An Empirical Approach to Dice Probability

dice probability diagram
Why seven is more likely than ten: the diagram I want them to have in their heads

We’re starting to learn about probability. Surely one of the quintessential settings is rolling two dice and adding. I’ll try to walk that back another time and rationalize why I include it, but for now, I want students to be able to explain why seven is more likely than ten. I want them to have that archetypal diagram in their heads.

But starting with the theoretical approach won’t go very well. Furthermore, with my commitment to data and using randomization for inference, an empirical approach seems to make more sense and be more coherent. So that’s what I’m trying.

The key lesson for me for this report—related to “trust the data”—is that actual data, with the right technology, can illuminate the important concepts, such as independence. This makes me ask how much theoretical probability we need, if any.

What Happened in Class

To do the Dice Sonata (previous post), I had given each student two dice: a red one and another one. They rolled them 50 times, recording each result twice: once to do the sonata, so they could make the graph of actual results by hand, and also on the computer in a Fathom Survey so we could easily assemble the results for the entire class.

If you haven’t used Fathom Surveys, you can think of it as a Google form that you can later drag directly into Fathom. The key thing here is that they recorded the red die and the other die separately. When we were done, we had 838 pairs.

This was Thursday, the second class of the semester. After students discussed the homework, and saw that their sets of 50 rolls didn’t produce graphs with their predicted shapes, we went to the computers to see if things looked any different with more data. To make the relevant graph, students had to make a new attribute (= variable = column ) to add the two values—which they already knew how to do. Here is the bottom of the table and the graph:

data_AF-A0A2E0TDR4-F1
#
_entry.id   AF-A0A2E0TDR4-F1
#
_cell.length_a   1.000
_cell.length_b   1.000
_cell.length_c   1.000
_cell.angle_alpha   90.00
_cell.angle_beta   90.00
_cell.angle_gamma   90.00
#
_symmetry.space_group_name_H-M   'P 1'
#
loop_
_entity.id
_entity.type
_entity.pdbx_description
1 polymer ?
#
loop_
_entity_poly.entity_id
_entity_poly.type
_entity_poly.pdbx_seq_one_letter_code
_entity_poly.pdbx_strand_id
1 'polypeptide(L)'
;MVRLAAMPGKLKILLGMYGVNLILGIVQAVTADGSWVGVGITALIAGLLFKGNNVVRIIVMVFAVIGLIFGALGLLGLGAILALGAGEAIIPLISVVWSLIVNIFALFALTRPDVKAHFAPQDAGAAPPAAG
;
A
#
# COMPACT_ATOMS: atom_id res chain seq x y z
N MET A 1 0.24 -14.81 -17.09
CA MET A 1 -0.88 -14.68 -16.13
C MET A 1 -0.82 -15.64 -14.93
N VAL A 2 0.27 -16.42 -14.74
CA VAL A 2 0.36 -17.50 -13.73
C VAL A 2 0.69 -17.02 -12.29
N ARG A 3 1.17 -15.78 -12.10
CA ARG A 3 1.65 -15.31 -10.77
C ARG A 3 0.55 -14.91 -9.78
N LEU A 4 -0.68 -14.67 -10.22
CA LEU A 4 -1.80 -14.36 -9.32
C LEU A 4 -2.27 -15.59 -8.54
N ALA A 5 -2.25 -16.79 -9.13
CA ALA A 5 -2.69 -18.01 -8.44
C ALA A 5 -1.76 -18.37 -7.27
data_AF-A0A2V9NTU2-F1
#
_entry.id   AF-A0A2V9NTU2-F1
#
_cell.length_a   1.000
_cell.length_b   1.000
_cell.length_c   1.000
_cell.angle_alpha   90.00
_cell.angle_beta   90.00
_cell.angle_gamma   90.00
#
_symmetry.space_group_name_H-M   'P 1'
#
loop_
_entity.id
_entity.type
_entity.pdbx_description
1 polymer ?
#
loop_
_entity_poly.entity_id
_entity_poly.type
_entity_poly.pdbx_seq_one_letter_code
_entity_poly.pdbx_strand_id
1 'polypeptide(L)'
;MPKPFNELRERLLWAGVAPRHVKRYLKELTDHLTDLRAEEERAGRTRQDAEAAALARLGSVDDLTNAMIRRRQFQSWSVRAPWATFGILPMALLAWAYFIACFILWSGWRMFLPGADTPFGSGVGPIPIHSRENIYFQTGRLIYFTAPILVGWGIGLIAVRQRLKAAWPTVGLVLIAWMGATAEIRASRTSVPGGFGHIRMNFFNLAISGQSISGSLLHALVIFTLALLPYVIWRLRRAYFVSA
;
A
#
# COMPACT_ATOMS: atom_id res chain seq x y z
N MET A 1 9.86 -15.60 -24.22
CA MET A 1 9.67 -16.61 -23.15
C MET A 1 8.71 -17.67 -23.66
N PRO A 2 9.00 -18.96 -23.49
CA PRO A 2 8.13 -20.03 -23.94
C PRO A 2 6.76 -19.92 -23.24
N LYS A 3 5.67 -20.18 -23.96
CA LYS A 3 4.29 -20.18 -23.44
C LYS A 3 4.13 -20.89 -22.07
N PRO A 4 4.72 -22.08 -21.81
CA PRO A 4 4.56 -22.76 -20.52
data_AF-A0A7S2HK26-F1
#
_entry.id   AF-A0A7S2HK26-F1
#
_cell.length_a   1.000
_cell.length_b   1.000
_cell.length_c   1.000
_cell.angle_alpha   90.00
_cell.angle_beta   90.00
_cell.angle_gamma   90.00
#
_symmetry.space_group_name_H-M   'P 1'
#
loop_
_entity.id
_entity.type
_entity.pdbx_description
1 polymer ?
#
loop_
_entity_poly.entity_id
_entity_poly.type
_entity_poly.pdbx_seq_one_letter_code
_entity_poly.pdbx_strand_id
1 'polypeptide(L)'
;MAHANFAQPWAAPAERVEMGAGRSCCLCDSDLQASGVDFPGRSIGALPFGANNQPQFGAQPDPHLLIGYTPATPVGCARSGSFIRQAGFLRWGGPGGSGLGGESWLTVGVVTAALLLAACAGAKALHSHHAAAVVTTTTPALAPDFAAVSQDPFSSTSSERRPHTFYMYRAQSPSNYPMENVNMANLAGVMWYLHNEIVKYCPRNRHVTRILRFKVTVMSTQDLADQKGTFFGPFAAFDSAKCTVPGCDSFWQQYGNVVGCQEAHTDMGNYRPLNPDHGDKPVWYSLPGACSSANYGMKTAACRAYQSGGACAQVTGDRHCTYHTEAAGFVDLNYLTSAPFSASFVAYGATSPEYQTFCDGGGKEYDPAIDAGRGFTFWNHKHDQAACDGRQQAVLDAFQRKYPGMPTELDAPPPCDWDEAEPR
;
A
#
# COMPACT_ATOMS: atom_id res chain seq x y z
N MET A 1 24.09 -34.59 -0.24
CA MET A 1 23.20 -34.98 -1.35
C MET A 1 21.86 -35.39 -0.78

The data table and the graph of the sum. BTW: notice the "13?" Someone had entered 5 and 8 for the two dice, resulting in hilarity, accusations, and a good lesson about cleaning your data.

One could stop here. But Fathom lets us look more deeply using its “synchronous selection” feature (stolen lovingly from ActivStats): what you select in any view is selected in all views.

Continue reading An Empirical Approach to Dice Probability


A Road to Writing

As you may recall, the “mission statement” for the class is that each student will:

  • Learn to make effective and valid arguments using data
  • Become a critical consumer of data

Along about the beginning of November, we had been doing some problem sets from The Model Shop, and other activities from Data in Depth, and I had been getting laconic answers like “four” and “0.87%” and really wanted a little more meat. That is, getting the right answer is not the same as making an effective argument, or even telling a decent story. In a flash of d’oh! inspiration I realized that if I wanted it, I should assess it.

But there is a problem with that:  I have been constructing my standards (I’m calling then learning goals) as I go along, and had not figured out how to deal with the larger, mushier issues that are part of making valid and effective arguments using data.